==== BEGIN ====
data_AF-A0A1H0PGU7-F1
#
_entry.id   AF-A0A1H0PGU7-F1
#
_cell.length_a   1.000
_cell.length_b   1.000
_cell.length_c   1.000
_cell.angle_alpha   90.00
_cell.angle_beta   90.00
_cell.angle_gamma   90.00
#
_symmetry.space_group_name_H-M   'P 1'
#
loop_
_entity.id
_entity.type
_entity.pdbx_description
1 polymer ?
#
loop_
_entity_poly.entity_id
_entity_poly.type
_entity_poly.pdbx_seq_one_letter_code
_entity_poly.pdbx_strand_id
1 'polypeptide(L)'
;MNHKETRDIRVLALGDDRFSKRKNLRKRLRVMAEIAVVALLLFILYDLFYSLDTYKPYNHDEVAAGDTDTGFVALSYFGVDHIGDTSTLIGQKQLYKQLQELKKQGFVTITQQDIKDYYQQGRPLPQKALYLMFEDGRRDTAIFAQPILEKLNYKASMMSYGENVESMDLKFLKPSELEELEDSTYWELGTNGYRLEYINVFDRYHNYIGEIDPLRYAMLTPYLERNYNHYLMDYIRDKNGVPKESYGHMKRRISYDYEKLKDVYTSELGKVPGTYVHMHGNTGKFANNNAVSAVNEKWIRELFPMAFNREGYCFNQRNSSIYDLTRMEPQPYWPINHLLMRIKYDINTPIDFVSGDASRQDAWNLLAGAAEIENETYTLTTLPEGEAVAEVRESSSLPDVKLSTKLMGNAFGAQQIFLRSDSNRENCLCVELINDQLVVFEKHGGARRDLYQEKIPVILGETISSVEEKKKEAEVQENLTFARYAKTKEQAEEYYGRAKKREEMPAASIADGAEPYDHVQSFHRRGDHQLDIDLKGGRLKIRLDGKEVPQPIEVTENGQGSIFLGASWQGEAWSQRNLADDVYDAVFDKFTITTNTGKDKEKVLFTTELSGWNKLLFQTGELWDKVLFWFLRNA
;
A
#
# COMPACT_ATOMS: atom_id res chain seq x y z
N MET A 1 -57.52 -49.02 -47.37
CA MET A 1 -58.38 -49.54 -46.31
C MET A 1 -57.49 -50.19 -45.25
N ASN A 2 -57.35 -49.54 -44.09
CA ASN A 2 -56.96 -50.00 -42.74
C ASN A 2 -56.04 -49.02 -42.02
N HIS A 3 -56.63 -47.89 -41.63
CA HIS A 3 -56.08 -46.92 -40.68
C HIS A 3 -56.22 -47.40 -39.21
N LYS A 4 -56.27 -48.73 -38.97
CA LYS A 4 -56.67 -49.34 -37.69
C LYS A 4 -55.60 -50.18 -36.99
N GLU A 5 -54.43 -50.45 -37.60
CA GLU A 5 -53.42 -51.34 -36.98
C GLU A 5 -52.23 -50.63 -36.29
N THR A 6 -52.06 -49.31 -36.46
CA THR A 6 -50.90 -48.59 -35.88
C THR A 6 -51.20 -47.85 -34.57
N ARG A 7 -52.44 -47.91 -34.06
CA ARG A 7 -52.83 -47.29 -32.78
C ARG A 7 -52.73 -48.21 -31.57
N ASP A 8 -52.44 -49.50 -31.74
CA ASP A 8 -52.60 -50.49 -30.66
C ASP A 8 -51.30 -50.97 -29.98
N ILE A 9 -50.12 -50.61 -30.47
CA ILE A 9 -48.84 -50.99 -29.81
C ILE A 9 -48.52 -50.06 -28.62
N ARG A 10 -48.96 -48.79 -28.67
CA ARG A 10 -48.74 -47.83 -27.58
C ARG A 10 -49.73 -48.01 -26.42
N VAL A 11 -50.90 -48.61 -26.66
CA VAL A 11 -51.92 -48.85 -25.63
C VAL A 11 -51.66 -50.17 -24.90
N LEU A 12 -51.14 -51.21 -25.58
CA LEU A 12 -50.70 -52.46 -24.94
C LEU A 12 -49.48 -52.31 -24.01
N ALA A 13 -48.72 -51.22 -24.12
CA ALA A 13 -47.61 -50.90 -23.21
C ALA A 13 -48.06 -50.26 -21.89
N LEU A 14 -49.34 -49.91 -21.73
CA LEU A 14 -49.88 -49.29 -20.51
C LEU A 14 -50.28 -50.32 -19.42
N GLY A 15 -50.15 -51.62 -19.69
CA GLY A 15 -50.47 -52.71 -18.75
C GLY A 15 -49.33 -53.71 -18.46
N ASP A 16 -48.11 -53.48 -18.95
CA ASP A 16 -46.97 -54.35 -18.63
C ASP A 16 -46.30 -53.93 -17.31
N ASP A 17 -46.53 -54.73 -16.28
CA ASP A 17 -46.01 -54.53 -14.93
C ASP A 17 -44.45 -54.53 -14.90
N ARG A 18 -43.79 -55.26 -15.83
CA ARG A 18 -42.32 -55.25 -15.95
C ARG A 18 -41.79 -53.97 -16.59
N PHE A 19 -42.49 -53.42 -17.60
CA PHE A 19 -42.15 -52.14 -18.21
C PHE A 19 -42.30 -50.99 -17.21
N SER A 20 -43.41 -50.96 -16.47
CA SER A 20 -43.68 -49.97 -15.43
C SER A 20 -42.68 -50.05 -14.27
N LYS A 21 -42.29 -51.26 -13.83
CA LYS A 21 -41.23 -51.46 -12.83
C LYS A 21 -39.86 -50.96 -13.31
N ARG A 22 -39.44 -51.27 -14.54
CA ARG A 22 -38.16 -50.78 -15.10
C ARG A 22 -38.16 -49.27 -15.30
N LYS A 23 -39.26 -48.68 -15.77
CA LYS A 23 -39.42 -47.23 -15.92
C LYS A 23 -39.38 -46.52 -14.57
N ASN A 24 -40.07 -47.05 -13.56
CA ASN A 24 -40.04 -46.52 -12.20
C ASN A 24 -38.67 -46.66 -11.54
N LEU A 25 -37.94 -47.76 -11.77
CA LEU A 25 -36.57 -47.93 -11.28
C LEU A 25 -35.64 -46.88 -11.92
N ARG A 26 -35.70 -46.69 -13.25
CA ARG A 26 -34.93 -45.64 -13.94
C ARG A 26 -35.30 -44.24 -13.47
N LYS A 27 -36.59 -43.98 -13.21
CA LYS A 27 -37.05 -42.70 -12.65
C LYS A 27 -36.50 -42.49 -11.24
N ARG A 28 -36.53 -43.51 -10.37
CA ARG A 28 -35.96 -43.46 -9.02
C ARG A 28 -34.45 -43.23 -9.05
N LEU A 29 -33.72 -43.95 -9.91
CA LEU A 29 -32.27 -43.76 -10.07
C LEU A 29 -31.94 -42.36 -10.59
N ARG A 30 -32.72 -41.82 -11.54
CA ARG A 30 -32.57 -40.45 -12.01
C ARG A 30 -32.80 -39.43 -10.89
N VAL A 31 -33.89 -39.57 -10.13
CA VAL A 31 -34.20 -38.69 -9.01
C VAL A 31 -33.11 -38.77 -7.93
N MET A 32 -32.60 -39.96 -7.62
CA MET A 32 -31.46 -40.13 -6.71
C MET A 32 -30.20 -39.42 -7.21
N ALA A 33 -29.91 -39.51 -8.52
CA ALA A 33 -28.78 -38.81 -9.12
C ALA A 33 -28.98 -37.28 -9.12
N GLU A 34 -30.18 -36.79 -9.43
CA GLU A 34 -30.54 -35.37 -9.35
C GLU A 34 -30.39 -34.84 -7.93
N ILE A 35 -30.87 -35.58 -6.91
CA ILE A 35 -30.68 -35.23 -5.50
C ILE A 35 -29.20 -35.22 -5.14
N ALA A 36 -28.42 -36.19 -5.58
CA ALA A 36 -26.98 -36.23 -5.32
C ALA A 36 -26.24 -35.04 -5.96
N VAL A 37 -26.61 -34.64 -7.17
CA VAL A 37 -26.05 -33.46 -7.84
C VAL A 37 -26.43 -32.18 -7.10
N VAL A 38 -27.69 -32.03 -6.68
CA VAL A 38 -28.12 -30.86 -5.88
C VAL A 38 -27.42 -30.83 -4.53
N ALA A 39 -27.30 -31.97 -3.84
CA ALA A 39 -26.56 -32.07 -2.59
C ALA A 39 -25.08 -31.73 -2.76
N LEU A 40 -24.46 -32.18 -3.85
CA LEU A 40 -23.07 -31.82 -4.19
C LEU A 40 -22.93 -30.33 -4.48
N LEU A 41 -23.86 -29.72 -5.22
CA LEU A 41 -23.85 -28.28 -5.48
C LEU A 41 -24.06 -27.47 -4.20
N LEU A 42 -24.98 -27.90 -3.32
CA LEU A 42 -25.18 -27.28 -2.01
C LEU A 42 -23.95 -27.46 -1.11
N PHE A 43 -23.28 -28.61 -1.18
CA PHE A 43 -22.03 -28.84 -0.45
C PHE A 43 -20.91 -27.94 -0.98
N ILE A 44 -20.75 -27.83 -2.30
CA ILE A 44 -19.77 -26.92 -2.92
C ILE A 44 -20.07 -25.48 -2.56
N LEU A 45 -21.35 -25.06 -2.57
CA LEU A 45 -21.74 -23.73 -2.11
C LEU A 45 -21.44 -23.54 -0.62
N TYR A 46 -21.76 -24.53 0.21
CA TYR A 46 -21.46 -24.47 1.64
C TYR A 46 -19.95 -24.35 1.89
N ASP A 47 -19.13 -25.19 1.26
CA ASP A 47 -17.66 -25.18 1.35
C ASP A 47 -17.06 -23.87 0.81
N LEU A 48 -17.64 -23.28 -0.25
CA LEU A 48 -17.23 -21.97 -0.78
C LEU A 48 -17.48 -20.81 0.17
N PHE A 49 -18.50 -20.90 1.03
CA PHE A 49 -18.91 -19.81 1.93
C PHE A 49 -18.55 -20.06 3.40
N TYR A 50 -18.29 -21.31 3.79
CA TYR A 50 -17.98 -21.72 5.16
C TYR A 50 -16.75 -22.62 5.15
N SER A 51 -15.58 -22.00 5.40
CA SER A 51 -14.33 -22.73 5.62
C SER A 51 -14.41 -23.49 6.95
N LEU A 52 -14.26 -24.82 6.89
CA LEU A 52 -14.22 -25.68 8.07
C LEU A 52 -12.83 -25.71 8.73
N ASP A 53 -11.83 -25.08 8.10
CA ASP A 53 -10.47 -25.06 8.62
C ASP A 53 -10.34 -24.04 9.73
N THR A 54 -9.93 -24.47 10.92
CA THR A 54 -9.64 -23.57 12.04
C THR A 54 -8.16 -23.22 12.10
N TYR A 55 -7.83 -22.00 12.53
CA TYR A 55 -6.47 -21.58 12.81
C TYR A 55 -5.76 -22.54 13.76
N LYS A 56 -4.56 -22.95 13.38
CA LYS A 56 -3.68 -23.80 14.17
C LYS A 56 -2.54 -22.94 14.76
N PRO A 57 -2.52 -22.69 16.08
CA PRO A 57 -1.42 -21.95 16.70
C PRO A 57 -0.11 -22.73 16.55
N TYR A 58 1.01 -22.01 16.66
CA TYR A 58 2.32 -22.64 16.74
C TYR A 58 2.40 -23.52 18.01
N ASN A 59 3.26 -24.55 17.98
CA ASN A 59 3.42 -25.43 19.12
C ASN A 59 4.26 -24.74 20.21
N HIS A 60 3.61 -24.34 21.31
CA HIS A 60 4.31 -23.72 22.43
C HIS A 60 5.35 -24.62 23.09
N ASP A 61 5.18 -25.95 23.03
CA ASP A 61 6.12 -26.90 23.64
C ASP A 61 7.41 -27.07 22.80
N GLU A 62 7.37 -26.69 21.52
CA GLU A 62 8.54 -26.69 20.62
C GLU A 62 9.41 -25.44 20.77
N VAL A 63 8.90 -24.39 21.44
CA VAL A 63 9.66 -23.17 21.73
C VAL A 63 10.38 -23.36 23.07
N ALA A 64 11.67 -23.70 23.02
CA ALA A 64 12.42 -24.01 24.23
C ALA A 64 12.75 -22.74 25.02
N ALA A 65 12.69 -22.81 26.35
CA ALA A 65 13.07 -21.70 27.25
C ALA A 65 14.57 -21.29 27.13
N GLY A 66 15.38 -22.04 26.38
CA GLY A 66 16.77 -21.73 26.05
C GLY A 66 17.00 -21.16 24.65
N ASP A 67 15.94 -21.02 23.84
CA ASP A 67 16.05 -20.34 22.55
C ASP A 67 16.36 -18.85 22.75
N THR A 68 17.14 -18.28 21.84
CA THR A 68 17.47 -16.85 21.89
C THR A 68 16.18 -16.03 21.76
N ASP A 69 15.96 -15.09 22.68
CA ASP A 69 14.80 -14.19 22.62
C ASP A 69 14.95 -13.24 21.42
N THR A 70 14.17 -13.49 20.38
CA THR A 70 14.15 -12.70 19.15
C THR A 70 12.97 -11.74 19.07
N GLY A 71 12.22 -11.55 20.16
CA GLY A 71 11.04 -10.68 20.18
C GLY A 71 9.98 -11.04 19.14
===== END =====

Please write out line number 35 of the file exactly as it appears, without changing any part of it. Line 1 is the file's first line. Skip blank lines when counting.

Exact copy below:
CA ASN A 2 -56.96 -50.00 -42.74